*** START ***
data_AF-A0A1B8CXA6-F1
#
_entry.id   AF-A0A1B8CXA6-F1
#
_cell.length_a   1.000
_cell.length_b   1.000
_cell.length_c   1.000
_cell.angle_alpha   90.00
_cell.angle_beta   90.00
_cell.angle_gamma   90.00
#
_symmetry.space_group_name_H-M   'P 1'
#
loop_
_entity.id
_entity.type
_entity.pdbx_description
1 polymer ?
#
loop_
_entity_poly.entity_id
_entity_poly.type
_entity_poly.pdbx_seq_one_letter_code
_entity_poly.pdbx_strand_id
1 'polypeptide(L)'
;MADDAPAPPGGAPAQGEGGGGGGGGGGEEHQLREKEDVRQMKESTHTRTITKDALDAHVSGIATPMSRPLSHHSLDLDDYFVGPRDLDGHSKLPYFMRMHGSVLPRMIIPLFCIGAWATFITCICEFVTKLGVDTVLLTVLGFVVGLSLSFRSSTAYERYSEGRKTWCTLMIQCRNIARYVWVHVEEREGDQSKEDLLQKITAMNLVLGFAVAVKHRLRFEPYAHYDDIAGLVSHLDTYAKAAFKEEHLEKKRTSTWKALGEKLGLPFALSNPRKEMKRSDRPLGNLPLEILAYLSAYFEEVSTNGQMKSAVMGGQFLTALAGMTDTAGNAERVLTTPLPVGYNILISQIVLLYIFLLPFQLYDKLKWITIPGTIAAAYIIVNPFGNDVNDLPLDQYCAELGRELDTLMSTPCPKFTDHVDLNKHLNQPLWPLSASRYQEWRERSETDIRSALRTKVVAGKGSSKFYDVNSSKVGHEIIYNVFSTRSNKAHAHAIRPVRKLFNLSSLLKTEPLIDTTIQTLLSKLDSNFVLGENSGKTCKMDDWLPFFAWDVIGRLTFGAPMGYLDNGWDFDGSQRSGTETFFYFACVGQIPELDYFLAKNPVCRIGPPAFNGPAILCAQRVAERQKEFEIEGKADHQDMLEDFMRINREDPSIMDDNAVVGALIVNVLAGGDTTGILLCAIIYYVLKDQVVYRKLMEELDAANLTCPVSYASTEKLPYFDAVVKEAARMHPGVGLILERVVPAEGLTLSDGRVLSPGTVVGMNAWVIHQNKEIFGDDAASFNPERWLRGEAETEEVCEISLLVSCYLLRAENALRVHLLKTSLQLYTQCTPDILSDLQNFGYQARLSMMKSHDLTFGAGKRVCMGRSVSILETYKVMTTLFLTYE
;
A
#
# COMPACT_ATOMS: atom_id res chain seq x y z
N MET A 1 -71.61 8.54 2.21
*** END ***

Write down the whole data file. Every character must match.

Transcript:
data_AF-A0A1B8CXA6-F1
#
_entry.id   AF-A0A1B8CXA6-F1
#
_cell.length_a   1.000
_cell.length_b   1.000
_cell.length_c   1.000
_cell.angle_alpha   90.00
_cell.angle_beta   90.00
_cell.angle_gamma   90.00
#
_symmetry.space_group_name_H-M   'P 1'
#
loop_
_entity.id
_entity.type
_entity.pdbx_description
1 polymer ?
#
loop_
_entity_poly.entity_id
_entity_poly.type
_entity_poly.pdbx_seq_one_letter_code
_entity_poly.pdbx_strand_id
1 'polypeptide(L)'
;MADDAPAPPGGAPAQGEGGGGGGGGGGEEHQLREKEDVRQMKESTHTRTITKDALDAHVSGIATPMSRPLSHHSLDLDDYFVGPRDLDGHSKLPYFMRMHGSVLPRMIIPLFCIGAWATFITCICEFVTKLGVDTVLLTVLGFVVGLSLSFRSSTAYERYSEGRKTWCTLMIQCRNIARYVWVHVEEREGDQSKEDLLQKITAMNLVLGFAVAVKHRLRFEPYAHYDDIAGLVSHLDTYAKAAFKEEHLEKKRTSTWKALGEKLGLPFALSNPRKEMKRSDRPLGNLPLEILAYLSAYFEEVSTNGQMKSAVMGGQFLTALAGMTDTAGNAERVLTTPLPVGYNILISQIVLLYIFLLPFQLYDKLKWITIPGTIAAAYIIVNPFGNDVNDLPLDQYCAELGRELDTLMSTPCPKFTDHVDLNKHLNQPLWPLSASRYQEWRERSETDIRSALRTKVVAGKGSSKFYDVNSSKVGHEIIYNVFSTRSNKAHAHAIRPVRKLFNLSSLLKTEPLIDTTIQTLLSKLDSNFVLGENSGKTCKMDDWLPFFAWDVIGRLTFGAPMGYLDNGWDFDGSQRSGTETFFYFACVGQIPELDYFLAKNPVCRIGPPAFNGPAILCAQRVAERQKEFEIEGKADHQDMLEDFMRINREDPSIMDDNAVVGALIVNVLAGGDTTGILLCAIIYYVLKDQVVYRKLMEELDAANLTCPVSYASTEKLPYFDAVVKEAARMHPGVGLILERVVPAEGLTLSDGRVLSPGTVVGMNAWVIHQNKEIFGDDAASFNPERWLRGEAETEEVCEISLLVSCYLLRAENALRVHLLKTSLQLYTQCTPDILSDLQNFGYQARLSMMKSHDLTFGAGKRVCMGRSVSILETYKVMTTLFLTYE
;
A
#
# COMPACT_ATOMS: atom_id res chain seq x y z
N MET A 1 -71.61 8.54 2.21